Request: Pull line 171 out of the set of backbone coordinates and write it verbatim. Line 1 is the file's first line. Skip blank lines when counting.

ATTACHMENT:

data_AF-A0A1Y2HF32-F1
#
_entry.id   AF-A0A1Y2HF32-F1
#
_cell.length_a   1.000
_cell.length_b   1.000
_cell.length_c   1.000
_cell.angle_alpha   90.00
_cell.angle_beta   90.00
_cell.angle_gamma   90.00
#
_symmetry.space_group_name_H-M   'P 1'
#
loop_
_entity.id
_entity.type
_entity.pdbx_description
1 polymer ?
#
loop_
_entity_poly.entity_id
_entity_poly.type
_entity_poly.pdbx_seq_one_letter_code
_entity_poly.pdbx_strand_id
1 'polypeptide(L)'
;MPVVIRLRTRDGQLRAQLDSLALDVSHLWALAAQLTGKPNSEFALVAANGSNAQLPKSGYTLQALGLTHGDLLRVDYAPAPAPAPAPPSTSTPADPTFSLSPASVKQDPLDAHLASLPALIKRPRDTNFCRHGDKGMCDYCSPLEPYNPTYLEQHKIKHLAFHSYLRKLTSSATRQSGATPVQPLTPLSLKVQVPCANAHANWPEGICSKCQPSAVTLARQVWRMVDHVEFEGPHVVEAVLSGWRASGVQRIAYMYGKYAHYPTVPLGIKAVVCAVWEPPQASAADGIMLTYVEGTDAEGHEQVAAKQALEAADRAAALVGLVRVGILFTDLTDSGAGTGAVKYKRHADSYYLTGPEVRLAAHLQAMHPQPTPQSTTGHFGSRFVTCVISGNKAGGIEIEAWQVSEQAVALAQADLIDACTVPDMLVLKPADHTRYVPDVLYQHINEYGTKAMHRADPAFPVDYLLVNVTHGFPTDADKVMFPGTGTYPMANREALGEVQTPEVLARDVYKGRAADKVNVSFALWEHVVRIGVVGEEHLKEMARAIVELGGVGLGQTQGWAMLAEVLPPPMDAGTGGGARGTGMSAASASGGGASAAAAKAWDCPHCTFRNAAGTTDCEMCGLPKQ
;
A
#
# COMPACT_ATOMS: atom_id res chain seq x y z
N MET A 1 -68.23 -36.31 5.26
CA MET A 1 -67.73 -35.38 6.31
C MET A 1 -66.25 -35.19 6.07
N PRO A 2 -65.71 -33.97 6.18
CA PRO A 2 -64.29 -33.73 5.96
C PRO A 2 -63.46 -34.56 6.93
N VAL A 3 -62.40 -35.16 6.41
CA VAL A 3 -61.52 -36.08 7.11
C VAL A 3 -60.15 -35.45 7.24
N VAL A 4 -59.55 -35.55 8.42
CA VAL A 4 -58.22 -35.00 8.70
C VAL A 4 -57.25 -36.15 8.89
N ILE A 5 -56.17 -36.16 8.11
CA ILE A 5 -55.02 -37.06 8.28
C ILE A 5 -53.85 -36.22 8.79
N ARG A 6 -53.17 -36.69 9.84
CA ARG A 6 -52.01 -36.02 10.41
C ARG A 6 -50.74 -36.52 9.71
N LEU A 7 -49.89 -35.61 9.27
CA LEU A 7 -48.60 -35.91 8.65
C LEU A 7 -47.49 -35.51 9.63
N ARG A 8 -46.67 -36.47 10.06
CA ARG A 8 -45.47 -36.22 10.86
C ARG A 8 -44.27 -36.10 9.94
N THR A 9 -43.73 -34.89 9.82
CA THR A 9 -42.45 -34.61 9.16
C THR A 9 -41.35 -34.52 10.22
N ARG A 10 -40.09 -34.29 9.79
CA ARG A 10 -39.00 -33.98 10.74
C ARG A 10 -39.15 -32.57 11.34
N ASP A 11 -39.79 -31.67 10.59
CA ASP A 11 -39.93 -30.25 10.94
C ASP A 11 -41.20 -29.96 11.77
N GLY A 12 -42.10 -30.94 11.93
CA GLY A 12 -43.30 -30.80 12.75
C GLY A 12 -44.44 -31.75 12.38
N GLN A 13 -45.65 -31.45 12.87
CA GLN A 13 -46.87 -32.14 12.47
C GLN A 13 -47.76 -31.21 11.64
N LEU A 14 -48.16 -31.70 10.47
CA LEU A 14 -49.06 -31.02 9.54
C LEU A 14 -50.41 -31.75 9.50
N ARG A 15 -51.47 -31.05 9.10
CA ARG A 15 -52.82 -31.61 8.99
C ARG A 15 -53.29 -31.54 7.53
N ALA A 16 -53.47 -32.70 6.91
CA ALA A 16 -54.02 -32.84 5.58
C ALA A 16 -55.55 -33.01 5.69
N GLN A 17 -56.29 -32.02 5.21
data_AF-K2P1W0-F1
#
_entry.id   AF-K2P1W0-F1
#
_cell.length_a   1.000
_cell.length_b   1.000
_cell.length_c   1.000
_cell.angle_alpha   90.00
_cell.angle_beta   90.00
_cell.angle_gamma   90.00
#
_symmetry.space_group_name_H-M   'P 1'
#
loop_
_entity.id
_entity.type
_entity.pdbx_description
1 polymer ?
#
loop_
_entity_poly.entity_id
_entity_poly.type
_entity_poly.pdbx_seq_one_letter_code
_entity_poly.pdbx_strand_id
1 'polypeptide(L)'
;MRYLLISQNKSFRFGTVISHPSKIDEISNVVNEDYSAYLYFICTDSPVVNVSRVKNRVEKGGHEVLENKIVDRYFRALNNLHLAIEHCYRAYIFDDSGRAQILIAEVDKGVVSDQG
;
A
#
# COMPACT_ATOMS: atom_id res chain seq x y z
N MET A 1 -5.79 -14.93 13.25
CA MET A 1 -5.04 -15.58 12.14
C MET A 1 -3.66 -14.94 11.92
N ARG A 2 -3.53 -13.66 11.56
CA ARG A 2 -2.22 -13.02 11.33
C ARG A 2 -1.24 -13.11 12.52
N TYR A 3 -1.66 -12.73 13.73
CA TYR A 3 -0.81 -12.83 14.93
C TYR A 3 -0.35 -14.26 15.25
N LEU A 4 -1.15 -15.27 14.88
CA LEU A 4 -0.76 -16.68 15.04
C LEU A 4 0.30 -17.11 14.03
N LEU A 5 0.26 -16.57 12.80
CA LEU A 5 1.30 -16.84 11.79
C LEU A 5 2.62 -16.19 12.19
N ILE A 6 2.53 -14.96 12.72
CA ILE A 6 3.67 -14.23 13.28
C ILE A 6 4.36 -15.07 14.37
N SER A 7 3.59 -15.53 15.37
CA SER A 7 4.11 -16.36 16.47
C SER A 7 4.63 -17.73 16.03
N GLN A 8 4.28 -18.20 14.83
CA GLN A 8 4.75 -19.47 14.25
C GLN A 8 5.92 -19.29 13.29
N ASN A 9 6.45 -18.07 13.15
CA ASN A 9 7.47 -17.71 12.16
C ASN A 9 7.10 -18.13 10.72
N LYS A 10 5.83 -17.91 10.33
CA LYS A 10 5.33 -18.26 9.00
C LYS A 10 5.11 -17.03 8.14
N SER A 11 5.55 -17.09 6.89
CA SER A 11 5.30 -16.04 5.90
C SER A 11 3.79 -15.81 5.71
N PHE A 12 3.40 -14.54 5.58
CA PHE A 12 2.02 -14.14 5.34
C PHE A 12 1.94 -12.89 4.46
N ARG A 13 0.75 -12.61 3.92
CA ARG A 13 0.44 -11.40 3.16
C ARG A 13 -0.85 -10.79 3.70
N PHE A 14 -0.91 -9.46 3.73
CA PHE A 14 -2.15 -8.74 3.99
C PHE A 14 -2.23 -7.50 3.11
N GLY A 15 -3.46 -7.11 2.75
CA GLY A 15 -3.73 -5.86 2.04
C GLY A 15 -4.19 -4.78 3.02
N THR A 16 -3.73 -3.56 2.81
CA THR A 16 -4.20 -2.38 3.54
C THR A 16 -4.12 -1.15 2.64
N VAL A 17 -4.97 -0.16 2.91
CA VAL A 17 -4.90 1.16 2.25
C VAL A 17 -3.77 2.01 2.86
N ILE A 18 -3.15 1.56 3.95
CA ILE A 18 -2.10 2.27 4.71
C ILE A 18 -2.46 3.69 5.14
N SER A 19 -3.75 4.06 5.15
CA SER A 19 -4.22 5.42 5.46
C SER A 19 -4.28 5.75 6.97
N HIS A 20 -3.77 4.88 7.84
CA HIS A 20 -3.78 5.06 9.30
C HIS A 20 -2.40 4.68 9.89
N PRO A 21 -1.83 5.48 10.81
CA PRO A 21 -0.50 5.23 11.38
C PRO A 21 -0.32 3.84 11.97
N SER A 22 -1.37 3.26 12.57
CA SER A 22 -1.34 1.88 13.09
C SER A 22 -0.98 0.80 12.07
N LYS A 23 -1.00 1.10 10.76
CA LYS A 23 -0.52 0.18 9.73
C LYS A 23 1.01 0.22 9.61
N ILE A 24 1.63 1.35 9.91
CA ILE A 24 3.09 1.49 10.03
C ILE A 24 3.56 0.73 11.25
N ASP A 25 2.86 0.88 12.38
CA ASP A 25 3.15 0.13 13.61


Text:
CA PRO A 21 -0.50 5.23 11.38